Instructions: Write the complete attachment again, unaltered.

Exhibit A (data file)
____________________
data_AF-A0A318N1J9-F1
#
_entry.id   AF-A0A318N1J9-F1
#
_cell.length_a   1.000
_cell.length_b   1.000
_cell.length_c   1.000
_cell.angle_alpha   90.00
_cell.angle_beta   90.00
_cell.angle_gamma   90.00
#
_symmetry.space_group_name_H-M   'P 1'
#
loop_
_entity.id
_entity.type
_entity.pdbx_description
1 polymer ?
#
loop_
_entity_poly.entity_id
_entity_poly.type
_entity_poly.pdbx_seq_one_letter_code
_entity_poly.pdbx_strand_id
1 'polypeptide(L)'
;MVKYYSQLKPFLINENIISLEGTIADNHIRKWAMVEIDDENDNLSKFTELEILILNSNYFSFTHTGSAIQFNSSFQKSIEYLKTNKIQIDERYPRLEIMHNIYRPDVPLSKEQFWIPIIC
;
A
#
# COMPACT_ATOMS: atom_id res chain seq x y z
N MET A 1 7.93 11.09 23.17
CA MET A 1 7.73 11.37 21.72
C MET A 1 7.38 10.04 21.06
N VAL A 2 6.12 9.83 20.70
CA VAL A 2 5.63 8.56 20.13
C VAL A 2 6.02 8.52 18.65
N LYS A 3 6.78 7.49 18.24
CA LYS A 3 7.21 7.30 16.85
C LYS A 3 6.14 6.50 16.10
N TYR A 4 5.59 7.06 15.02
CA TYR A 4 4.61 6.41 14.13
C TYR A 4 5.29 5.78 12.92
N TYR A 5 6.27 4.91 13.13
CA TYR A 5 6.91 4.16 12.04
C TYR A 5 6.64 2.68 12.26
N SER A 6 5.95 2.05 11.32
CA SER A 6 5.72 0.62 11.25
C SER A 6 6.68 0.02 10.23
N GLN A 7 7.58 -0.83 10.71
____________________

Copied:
data_AF-A0A318N1J9-F1
#
_entry.id   AF-A0A318N1J9-F1
#
_cell.length_a   1.000
_cell.length_b   1.000
_cell.length_c   1.000
_cell.angle_alpha   90.00
_cell.angle_beta   90.00
_cell.angle_gamma   90.00
#
_symmetry.space_group_name_H-M   'P 1'
#
loop_
_entity.id
_entity.type
_entity.pdbx_description
1 polymer ?
#
loop_
_entity_poly.entity_id
_entity_poly.type
_entity_poly.pdbx_seq_one_letter_code
_entity_poly.pdbx_strand_id
1 'polypeptide(L)'
;MVKYYSQLKPFLINENIISLEGTIADNHIRKWAMVEIDDENDNLSKFTELEILILNSNYFSFTHTGSAIQFNSSFQKSIEYLKTNKIQIDERYPRLEIMHNIYRPDVPLSKEQFWIPIIC
;
A
#
# COMPACT_ATOMS: atom_id res chain seq x y z
N MET A 1 7.93 11.09 23.17
CA MET A 1 7.73 11.37 21.72
C MET A 1 7.38 10.04 21.06
N VAL A 2 6.12 9.83 20.70
CA VAL A 2 5.63 8.56 20.13
C VAL A 2 6.02 8.52 18.65
N LYS A 3 6.78 7.49 18.24
CA LYS A 3 7.21 7.30 16.85
C LYS A 3 6.14 6.50 16.10
N TYR A 4 5.59 7.06 15.02
CA TYR A 4 4.61 6.41 14.13
C TYR A 4 5.29 5.78 12.92
N TYR A 5 6.27 4.91 13.13
CA TYR A 5 6.91 4.16 12.04
C TYR A 5 6.64 2.68 12.26
N SER A 6 5.95 2.05 11.32
CA SER A 6 5.72 0.62 11.25
C SER A 6 6.68 0.02 10.23
N GLN A 7 7.58 -0.83 10.71